Still, nothing seems able to dampen English spirits ahead of Sunday’s game, with supporters increasingly convinced that football could, this time, really be coming home.
That said, one US commentator has certainly managed to upset and enrage readers on the other side of the pond, with a deeply scathing article about what victory for the Three Lions would mean for the country’s “tortured psychology”.
The piece, titled ‘The National Psychodrama of England’s Euro 2020’ and published in New York Magazine’s ‘Intelligencer’, begins by describing “this summer of soccer” as dominated by England’s “monomaniacal levels of self-involvement.”
The author then suggests that whilst a win for Italy would be a “perfectly good story about a proud footballing nation fallen on hard times,” and victory for Denmark “would have been even better,” he’s “not sure I can bring myself to even speculate about what might happen” if England succeeds.
“The English themselves seem utterly confused about what a victory for this particular team would mean,” he continues.
“The national team has long borne the weight of England’s collective fears and anxieties. That the team has not won a major international tournament since the World Cup in 1966 — a hallowed historical moment — has been taken as a metaphor for a once-mighty empire’s sad decline on the global stage.”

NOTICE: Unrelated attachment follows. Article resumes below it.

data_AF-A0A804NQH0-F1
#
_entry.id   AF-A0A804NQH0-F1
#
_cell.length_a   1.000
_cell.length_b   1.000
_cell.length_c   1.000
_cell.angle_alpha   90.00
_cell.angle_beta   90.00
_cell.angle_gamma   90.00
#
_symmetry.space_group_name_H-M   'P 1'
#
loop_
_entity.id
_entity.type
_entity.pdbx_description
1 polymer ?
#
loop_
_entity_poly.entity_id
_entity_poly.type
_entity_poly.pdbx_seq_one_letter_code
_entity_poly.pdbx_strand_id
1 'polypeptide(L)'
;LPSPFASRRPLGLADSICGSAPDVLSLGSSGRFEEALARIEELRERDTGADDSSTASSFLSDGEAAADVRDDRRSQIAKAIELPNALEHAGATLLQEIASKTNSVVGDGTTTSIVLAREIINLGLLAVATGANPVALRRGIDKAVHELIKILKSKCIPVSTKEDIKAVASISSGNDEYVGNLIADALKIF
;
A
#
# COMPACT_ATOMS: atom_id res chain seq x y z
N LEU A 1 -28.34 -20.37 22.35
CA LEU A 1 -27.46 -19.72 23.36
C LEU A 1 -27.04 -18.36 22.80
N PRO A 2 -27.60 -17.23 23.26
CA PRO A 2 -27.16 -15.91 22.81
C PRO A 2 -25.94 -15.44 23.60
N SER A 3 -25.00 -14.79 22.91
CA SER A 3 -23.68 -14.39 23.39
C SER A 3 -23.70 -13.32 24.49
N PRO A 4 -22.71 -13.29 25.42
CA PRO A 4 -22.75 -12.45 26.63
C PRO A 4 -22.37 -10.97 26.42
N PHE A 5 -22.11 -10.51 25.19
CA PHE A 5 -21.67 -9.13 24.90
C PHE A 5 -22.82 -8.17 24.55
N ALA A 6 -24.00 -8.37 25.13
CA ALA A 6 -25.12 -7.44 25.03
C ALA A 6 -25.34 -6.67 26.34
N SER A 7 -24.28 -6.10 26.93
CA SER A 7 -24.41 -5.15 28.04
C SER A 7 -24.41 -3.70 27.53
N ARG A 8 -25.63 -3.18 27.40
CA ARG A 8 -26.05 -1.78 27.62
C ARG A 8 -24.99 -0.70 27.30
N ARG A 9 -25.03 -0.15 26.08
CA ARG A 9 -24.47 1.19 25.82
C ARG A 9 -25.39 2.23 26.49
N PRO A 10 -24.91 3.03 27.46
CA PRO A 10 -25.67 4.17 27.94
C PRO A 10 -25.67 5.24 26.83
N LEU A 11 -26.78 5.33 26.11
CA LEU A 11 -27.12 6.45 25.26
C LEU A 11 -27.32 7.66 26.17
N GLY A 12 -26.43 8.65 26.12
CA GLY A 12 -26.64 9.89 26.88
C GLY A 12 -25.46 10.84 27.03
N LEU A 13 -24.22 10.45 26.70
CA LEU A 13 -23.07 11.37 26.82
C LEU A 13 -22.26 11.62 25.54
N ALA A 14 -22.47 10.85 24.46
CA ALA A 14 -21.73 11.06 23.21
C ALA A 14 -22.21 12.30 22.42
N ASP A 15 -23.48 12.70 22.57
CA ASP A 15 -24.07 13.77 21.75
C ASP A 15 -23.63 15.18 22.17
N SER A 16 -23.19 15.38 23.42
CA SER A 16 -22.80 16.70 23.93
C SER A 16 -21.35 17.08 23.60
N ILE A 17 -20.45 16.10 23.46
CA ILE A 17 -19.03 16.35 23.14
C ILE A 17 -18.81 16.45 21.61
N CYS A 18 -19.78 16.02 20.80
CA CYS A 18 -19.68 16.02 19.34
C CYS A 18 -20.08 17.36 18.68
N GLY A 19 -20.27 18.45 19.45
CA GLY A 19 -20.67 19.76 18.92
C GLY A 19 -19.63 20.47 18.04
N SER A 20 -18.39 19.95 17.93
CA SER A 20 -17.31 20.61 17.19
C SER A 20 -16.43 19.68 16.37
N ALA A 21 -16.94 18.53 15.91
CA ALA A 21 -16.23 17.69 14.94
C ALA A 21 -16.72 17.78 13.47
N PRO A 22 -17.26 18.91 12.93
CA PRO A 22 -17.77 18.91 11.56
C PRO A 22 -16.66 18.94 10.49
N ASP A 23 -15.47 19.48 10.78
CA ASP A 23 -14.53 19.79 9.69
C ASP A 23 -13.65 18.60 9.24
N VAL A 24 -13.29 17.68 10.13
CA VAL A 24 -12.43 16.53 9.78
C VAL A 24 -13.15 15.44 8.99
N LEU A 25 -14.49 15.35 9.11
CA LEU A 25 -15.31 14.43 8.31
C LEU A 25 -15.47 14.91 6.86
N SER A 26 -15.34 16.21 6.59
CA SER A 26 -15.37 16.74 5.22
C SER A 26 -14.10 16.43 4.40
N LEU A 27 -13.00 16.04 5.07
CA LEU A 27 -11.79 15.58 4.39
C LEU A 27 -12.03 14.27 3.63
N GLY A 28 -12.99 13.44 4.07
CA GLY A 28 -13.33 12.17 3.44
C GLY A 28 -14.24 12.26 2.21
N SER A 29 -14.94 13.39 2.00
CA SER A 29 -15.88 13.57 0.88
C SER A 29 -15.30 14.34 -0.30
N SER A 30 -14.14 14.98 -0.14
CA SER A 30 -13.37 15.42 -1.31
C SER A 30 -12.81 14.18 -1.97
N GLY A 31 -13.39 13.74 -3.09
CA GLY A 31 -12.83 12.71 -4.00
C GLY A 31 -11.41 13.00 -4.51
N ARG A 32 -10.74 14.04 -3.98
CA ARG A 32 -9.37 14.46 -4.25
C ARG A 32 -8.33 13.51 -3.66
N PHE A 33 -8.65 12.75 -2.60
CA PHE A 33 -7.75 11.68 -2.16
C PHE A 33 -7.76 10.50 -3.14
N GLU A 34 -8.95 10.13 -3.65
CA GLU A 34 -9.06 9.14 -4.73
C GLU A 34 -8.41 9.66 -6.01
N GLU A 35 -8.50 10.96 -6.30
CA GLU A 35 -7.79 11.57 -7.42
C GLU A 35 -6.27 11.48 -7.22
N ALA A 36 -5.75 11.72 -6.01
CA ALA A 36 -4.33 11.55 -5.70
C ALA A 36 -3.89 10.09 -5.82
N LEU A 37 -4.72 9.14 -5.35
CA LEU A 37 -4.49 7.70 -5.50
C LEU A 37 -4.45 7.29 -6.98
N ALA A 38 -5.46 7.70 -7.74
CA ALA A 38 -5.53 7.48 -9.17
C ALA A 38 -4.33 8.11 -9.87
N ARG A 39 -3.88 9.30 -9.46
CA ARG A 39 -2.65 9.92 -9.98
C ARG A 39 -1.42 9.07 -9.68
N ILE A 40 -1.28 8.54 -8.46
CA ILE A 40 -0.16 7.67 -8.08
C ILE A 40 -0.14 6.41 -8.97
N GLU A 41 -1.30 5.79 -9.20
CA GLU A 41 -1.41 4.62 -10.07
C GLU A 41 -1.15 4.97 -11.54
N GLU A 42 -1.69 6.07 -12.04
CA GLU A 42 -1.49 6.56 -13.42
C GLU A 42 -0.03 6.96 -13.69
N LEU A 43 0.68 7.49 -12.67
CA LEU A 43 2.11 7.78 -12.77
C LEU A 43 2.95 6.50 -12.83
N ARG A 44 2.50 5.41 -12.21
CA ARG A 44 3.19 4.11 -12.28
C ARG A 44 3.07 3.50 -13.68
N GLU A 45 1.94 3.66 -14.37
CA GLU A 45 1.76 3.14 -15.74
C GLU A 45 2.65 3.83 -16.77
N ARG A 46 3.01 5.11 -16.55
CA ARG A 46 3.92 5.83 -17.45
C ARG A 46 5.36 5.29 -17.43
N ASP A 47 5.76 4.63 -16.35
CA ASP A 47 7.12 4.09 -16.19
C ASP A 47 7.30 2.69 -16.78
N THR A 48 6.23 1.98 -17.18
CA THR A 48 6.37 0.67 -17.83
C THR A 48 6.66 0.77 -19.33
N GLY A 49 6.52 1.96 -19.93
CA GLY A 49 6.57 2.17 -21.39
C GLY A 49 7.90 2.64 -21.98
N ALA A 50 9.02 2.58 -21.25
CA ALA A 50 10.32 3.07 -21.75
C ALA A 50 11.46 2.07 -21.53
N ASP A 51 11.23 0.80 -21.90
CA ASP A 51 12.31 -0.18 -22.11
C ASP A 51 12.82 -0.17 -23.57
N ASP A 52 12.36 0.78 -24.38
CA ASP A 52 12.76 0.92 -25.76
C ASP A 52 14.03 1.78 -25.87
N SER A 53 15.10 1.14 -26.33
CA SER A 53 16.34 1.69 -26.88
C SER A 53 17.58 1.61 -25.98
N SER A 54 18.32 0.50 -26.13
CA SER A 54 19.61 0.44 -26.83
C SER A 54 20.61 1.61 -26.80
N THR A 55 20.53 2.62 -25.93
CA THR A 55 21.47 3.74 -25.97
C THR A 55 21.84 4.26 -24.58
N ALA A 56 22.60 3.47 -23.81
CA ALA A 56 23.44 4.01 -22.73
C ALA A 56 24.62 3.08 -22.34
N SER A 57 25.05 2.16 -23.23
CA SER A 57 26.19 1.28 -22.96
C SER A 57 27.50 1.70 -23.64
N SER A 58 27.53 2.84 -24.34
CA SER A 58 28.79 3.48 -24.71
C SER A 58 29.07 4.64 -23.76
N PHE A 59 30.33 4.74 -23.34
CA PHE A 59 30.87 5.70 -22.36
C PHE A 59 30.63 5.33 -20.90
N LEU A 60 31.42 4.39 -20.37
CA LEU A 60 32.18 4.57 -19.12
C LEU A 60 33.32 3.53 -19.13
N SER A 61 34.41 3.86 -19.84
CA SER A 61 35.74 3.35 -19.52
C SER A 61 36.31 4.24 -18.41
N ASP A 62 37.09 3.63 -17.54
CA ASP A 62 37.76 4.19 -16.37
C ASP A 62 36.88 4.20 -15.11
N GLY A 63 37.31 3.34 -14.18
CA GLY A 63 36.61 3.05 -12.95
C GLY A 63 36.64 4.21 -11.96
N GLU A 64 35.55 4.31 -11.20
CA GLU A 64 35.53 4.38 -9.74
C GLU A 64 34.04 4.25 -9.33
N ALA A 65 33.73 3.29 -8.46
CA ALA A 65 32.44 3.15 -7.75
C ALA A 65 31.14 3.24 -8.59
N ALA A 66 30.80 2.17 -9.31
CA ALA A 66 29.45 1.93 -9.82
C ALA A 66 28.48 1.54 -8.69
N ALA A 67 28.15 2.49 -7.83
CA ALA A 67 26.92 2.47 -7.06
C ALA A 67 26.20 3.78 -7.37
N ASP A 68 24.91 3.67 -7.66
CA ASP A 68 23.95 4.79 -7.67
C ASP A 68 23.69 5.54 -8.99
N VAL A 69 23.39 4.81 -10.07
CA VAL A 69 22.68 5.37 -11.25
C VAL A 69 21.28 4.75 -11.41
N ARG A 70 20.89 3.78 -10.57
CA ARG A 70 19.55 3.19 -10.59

He goes on to suggest that the country’s favourite chant of “it’s coming home” – taken from the song ‘Three Lions’ of course – is driven by the idea that “if England wins, soccer and all its attendant glories will have returned, at long last, to their proper place.”
He then names Jack Grealish as the squad’s indisputable “fan favourite”, branding him “a b-list version of David Beckham with floppy hair, a goofy grin, and thighs the size of Iberico hams,” and suggesting his popularity is largely driven by racist ideals.
“As it happens, the team’s actual best player in this tournament, Raheem Sterling, was born in Jamaica,” he adds.